A young country with millennia of history, Ireland is a rich palette of colours, culture and good craic. The island has produced many literary giants, such as James Joyce, Oscar Wilde and WB Yeats, and you can walk in their footsteps along the old streets of Dublin, find one of the pubs they frequented and just sit back and let the surroundings enchant you.
Ireland is a vibrant and welcoming country and its beating heart is the vivacious capital of Dublin. A city full of history, you’ll discover new experiences around every corner. Guided tours through the city are a great introduction to the fascinating backstories of the country, be it cultural, historical or a just welcome excuse to visit old, wood-clad pubs. Indeed, the sap of the Irish soul is not only the coursing rivers of Shannon and Liffey. In Ireland there is one pub per 100 people and one of the favoured drinks in these watering holes is undoubtedly the ‘black stuff’, also known as Guinness. In Dublin, visit the Guinness Storehouse for a guided tour of the almost 250-year-old brewery, where you can enjoy a free pint while taking in the panoramic views of the city from the museum’s top floor.
After this, walk off the effects of the beer by strolling in the Dubh Linn Gardens by the feet of the famous Dublin Castle, or walk through the beautiful Phoenix Park, where you’ll find the Dublin Zoo and the Irish president’s house, which was used as the model for the White House in Washington DC. Alternatively, you can also head to Croke Park to watch a game of the national obsession hurling, or continue your ‘culinary’ Irish pub expedition in the infamous area of Temple Bar. If, by then, you need to line the stomach, tuck into hearty and warming dishes at some of the great restaurants dotted across the city centre.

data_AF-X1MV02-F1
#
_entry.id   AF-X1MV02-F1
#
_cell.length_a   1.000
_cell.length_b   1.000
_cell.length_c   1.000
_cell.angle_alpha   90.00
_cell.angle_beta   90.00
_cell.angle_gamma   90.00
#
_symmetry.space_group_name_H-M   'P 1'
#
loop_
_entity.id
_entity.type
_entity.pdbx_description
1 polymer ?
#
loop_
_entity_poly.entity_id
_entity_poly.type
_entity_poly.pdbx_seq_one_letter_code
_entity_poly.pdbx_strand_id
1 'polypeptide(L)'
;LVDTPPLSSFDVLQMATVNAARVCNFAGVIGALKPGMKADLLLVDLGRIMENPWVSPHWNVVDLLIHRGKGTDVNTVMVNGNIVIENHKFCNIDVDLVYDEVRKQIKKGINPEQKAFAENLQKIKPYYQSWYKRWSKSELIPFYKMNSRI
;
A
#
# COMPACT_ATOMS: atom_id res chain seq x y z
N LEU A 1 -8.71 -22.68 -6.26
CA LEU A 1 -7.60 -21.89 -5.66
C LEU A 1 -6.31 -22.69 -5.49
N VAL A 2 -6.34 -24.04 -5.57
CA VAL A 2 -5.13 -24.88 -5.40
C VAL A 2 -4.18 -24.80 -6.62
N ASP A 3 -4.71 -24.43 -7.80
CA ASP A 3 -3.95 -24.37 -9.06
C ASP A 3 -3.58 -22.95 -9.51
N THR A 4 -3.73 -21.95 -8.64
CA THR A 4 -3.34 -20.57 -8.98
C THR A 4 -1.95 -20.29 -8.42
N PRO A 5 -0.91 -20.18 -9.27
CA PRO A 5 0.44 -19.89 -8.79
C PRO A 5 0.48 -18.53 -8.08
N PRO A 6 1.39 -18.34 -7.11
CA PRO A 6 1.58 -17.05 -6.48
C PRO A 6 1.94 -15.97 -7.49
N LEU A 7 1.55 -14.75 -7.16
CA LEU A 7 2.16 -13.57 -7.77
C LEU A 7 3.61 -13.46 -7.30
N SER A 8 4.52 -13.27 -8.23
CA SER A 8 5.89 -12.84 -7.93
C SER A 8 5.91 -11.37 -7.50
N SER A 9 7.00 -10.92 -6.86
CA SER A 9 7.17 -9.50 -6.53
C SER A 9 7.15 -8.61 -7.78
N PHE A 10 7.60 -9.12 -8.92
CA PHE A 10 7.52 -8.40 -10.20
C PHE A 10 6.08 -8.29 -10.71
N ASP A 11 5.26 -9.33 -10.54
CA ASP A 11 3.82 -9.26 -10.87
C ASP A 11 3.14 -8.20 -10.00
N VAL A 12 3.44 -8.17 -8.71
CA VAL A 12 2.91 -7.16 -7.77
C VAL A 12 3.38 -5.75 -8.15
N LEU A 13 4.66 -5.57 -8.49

If you’re seeking adventures outside of Dublin, head south for some stunning scenes of rural beauty at the Wicklow Mountains National Park, before visiting southern towns like Waterford, Cork and Cobh. Here you’ll find plenty of emerald gems, such as the English Market in Cork, the Titanic Museum in Cobh and ancient buildings in Waterford. A visit to the south of Ireland should also include a visit to Blarney Castle just outside Cork, where you can kiss the famous castle stone to gain the gift of eloquence. Heading further westwards, you’ll reach Limerick and the scenic route known as the Ring of Kerry. In Limerick, visit the Hunt Museum here and marvel at old King John’s Castle on the banks of the Shannon, before heading to further westwards for a spot of fishing in Dingle. Ireland is a place of myths and magic, and you’ll find plenty of ingredients here to create your own story.
To City Break or to Not City Break? (Always City Break)Read More Read More
City breaks are great mini-trips full of culture, food, and fun, but where should you go next?Read More Read More